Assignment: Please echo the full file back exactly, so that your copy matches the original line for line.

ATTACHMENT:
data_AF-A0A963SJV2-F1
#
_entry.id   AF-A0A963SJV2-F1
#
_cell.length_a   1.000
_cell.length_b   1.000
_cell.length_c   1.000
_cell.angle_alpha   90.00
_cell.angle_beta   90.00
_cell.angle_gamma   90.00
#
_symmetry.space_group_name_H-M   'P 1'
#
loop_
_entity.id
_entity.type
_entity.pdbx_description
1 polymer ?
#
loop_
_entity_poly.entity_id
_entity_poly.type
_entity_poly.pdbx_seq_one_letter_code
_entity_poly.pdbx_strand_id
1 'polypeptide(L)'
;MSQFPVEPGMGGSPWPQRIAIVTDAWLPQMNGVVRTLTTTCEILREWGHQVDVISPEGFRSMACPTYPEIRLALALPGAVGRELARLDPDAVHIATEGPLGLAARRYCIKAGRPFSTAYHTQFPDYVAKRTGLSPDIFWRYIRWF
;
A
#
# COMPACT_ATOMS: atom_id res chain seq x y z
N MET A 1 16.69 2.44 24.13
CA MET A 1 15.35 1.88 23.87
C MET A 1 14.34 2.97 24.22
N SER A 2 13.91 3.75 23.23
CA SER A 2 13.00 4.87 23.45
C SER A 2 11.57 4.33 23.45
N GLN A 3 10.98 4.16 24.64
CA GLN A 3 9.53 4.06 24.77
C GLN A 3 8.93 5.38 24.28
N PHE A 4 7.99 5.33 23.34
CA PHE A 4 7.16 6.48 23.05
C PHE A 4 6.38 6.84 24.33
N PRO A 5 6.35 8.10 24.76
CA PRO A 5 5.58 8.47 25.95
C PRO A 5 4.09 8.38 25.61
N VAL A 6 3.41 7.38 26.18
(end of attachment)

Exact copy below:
data_AF-A0A963SJV2-F1
#
_entry.id   AF-A0A963SJV2-F1
#
_cell.length_a   1.000
_cell.length_b   1.000
_cell.length_c   1.000
_cell.angle_alpha   90.00
_cell.angle_beta   90.00
_cell.angle_gamma   90.00
#
_symmetry.space_group_name_H-M   'P 1'
#
loop_
_entity.id
_entity.type
_entity.pdbx_description
1 polymer ?
#
loop_
_entity_poly.entity_id
_entity_poly.type
_entity_poly.pdbx_seq_one_letter_code
_entity_poly.pdbx_strand_id
1 'polypeptide(L)'
;MSQFPVEPGMGGSPWPQRIAIVTDAWLPQMNGVVRTLTTTCEILREWGHQVDVISPEGFRSMACPTYPEIRLALALPGAVGRELARLDPDAVHIATEGPLGLAARRYCIKAGRPFSTAYHTQFPDYVAKRTGLSPDIFWRYIRWF
;
A
#
# COMPACT_ATOMS: atom_id res chain seq x y z
N MET A 1 16.69 2.44 24.13
CA MET A 1 15.35 1.88 23.87
C MET A 1 14.34 2.97 24.22
N SER A 2 13.91 3.75 23.23
CA SER A 2 13.00 4.87 23.45
C SER A 2 11.57 4.33 23.45
N GLN A 3 10.98 4.16 24.64
CA GLN A 3 9.53 4.06 24.77
C GLN A 3 8.93 5.38 24.28
N PHE A 4 7.99 5.33 23.34
CA PHE A 4 7.16 6.48 23.05
C PHE A 4 6.38 6.84 24.33
N PRO A 5 6.35 8.10 24.76
CA PRO A 5 5.58 8.47 25.95
C PRO A 5 4.09 8.38 25.61
N VAL A 6 3.41 7.38 26.18